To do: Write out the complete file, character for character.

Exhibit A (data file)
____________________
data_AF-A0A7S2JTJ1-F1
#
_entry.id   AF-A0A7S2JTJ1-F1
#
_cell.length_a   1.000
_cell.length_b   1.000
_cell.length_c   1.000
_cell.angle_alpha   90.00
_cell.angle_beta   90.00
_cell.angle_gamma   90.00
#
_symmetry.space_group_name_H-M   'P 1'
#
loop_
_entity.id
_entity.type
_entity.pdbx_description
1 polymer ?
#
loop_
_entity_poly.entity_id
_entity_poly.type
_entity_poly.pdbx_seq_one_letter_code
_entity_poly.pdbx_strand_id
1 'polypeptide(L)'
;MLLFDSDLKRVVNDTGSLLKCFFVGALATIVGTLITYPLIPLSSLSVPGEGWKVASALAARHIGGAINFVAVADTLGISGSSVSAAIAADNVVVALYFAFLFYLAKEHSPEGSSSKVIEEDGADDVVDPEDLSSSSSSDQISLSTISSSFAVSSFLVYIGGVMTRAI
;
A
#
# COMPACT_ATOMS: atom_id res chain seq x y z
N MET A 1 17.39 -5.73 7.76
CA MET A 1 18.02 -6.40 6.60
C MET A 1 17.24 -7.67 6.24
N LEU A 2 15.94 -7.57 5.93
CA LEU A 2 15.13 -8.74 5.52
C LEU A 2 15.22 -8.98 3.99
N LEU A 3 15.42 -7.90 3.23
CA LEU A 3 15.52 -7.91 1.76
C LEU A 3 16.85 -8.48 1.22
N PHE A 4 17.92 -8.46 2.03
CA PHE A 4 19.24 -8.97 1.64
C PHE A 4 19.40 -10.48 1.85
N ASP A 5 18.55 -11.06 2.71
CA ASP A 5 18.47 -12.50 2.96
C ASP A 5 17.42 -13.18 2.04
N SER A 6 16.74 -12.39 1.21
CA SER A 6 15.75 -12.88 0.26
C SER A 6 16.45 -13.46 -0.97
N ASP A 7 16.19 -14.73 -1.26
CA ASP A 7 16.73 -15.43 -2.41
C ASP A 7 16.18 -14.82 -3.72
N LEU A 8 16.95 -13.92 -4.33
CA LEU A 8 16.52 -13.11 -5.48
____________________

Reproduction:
data_AF-A0A7S2JTJ1-F1
#
_entry.id   AF-A0A7S2JTJ1-F1
#
_cell.length_a   1.000
_cell.length_b   1.000
_cell.length_c   1.000
_cell.angle_alpha   90.00
_cell.angle_beta   90.00
_cell.angle_gamma   90.00
#
_symmetry.space_group_name_H-M   'P 1'
#
loop_
_entity.id
_entity.type
_entity.pdbx_description
1 polymer ?
#
loop_
_entity_poly.entity_id
_entity_poly.type
_entity_poly.pdbx_seq_one_letter_code
_entity_poly.pdbx_strand_id
1 'polypeptide(L)'
;MLLFDSDLKRVVNDTGSLLKCFFVGALATIVGTLITYPLIPLSSLSVPGEGWKVASALAARHIGGAINFVAVADTLGISGSSVSAAIAADNVVVALYFAFLFYLAKEHSPEGSSSKVIEEDGADDVVDPEDLSSSSSSDQISLSTISSSFAVSSFLVYIGGVMTRAI
;
A
#
# COMPACT_ATOMS: atom_id res chain seq x y z
N MET A 1 17.39 -5.73 7.76
CA MET A 1 18.02 -6.40 6.60
C MET A 1 17.24 -7.67 6.24
N LEU A 2 15.94 -7.57 5.93
CA LEU A 2 15.13 -8.74 5.52
C LEU A 2 15.22 -8.98 3.99
N LEU A 3 15.42 -7.90 3.23
CA LEU A 3 15.52 -7.91 1.76
C LEU A 3 16.85 -8.48 1.22
N PHE A 4 17.92 -8.46 2.03
CA PHE A 4 19.24 -8.97 1.64
C PHE A 4 19.40 -10.48 1.85
N ASP A 5 18.55 -11.06 2.71
CA ASP A 5 18.47 -12.50 2.96
C ASP A 5 17.42 -13.18 2.04
N SER A 6 16.74 -12.39 1.21
CA SER A 6 15.75 -12.88 0.26
C SER A 6 16.45 -13.46 -0.97
N ASP A 7 16.19 -14.73 -1.26
CA ASP A 7 16.73 -15.43 -2.41
C ASP A 7 16.18 -14.82 -3.72
N LEU A 8 16.95 -13.92 -4.33
CA LEU A 8 16.52 -13.11 -5.48